In some versions of Excel, you can also change the data order by selecting one of the bars and editing the formula bar.
Adjusting Axis Text
If the text on an axis is long, pivot it on an angle to occupy less space. Right-click the axis, click Format Axis, click Text Box, and enter an angle.
You can also opt to only show some of the axis labels. Right-click the axis, click Format Axis, then click Scale, and enter a value in the Interval between labels box. A value of 2 will show every other label; 3 will show every third.
If you want to create a cleaner, less cluttered chart, hiding some labels is a good option. But the context of the hidden text is still obvious.
Changing Chart Values
Update the spreadsheet and the values in the chart will update, too. But remember, if the chart has been copied to a non-Microsoft Office document, it won’t update — in this case, copy the updated version and replace it in the document.
Changing the Look of the Bars
Right-click a bar, then click Format Data Series… and make adjustments. In addition to changing the color, you can also add a gradient or pattern, as well as many other effects.
For clustered bar charts, any changes will only affect the bars associated with the same dependant variable of the selected bar. Repeat to update all the bars in the chart.
If bars don’t look right, select the chart, right-click the chart and click Change Chart Type.... In addition to the 2D bars demonstrated in this tutorial, there are options for 3D bars/columns, cylinders, cones, and pyramids.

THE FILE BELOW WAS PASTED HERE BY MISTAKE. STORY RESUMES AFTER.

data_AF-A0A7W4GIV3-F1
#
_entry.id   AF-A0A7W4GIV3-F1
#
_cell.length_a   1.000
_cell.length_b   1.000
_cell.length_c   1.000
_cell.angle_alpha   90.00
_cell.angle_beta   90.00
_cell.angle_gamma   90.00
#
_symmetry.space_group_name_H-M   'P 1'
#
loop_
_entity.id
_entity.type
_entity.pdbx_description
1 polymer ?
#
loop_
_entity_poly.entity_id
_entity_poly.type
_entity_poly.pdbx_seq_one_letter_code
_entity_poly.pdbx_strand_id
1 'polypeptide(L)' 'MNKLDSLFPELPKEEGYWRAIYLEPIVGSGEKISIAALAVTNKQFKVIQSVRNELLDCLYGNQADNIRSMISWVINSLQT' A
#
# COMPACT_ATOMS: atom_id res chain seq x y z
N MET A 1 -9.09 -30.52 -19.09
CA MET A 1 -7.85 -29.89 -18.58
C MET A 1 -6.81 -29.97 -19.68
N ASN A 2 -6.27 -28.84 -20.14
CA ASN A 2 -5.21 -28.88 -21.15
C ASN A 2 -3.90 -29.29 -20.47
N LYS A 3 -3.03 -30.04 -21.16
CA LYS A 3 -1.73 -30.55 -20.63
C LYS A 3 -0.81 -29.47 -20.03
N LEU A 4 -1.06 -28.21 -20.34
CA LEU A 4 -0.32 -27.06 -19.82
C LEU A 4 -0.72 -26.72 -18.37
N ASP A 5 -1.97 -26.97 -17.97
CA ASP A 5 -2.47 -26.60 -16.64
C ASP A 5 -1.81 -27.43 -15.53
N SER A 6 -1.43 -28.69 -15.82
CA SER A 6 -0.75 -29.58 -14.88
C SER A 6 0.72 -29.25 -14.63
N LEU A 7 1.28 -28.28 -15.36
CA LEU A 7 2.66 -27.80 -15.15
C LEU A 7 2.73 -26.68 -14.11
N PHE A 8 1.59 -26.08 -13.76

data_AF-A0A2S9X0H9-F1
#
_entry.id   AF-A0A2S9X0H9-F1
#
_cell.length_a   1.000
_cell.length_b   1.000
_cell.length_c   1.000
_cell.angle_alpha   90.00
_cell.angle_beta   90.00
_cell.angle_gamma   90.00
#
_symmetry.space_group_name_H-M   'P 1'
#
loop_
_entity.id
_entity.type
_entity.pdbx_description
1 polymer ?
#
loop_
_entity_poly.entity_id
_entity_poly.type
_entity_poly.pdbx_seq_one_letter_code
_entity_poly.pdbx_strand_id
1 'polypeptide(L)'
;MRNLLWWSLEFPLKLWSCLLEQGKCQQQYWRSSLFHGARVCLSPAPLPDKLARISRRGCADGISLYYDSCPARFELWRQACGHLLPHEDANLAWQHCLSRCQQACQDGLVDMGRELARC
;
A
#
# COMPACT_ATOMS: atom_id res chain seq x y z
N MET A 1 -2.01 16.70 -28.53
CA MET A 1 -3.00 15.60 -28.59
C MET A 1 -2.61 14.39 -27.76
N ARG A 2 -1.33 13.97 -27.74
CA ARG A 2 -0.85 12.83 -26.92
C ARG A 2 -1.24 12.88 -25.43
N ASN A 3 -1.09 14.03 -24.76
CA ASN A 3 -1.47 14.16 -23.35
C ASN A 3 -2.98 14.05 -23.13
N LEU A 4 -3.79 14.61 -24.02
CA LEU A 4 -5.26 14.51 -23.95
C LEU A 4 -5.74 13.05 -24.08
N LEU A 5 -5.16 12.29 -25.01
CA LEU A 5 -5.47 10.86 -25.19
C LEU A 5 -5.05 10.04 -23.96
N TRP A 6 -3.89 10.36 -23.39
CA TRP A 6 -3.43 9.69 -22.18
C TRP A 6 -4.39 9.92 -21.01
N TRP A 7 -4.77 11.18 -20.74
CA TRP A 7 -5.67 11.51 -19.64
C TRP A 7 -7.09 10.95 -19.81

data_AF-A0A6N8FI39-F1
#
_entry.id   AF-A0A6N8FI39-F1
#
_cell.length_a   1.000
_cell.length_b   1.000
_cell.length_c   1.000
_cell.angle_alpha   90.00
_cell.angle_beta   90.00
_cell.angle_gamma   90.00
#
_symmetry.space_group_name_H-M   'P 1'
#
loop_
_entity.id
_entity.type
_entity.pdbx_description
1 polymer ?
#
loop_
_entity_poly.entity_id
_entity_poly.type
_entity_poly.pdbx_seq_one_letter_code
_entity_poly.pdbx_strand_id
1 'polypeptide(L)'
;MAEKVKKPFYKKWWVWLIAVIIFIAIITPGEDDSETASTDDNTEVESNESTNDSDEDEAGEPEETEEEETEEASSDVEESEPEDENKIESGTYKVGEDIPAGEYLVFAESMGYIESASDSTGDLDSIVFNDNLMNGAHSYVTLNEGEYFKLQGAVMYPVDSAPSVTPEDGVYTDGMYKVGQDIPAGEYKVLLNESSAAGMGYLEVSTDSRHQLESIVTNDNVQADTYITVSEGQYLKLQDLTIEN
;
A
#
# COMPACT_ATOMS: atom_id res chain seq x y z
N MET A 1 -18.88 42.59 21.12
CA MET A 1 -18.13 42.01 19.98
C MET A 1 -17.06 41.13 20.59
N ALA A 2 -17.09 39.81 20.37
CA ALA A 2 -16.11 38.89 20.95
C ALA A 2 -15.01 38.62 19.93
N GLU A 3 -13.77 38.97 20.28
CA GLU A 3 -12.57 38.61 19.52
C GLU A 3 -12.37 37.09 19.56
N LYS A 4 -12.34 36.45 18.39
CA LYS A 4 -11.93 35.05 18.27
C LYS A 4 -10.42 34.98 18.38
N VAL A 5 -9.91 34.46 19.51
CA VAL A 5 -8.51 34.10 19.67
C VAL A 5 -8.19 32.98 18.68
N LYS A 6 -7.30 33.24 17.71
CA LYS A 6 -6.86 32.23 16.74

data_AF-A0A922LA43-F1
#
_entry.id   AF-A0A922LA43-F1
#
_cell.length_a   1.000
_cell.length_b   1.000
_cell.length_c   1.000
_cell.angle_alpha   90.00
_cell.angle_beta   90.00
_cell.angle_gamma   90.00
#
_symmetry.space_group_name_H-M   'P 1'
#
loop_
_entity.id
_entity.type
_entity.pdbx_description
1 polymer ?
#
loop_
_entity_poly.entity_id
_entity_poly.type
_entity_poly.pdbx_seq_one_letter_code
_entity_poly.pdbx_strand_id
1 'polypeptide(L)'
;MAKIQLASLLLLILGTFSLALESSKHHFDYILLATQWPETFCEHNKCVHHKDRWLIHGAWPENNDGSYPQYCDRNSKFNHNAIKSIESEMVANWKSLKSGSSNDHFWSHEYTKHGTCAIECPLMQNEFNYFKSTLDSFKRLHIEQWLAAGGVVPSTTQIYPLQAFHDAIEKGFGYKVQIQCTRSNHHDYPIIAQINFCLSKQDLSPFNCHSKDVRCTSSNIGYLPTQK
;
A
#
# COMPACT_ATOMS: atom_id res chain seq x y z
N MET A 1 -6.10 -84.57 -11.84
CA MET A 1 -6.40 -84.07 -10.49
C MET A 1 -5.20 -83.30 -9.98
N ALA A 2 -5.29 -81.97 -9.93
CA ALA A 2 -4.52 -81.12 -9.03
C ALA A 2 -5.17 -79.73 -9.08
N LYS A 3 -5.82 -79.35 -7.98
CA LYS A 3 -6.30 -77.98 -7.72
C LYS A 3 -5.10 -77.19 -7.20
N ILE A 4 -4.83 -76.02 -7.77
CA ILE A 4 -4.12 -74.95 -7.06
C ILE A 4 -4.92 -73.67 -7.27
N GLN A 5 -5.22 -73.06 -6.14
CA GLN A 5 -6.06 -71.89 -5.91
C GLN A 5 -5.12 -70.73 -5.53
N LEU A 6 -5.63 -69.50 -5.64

Changing the Background of the Chart and Plot Area
To change the background, right-click in a blank area of the chart and click Format Chart Area… or right-click the plot area and click Format Plot Area…. Like the bars, you can change the color, add a gradient or pattern, adjust the color and size of lines, as well as other effects.
Adding a Data Table
A data table displays the spreadsheet data that was used to create the chart beneath the bar chart. This shows the same data as data labels, so use one or the other.
To add a data table, click the Chart Layout tab, click Data Table, and choose your option. If the legend key option is chosen, you can remove the legend as demonstrated in the image below.
Changing Chart Orientation
To swap the vertical and horizontal axes, right-click on the chart and click Change Chart Type. If you chose a column chart, chose bar chart instead, and vice versa. There are other ways to do this, but this is the simplest.
Advanced Formatting Options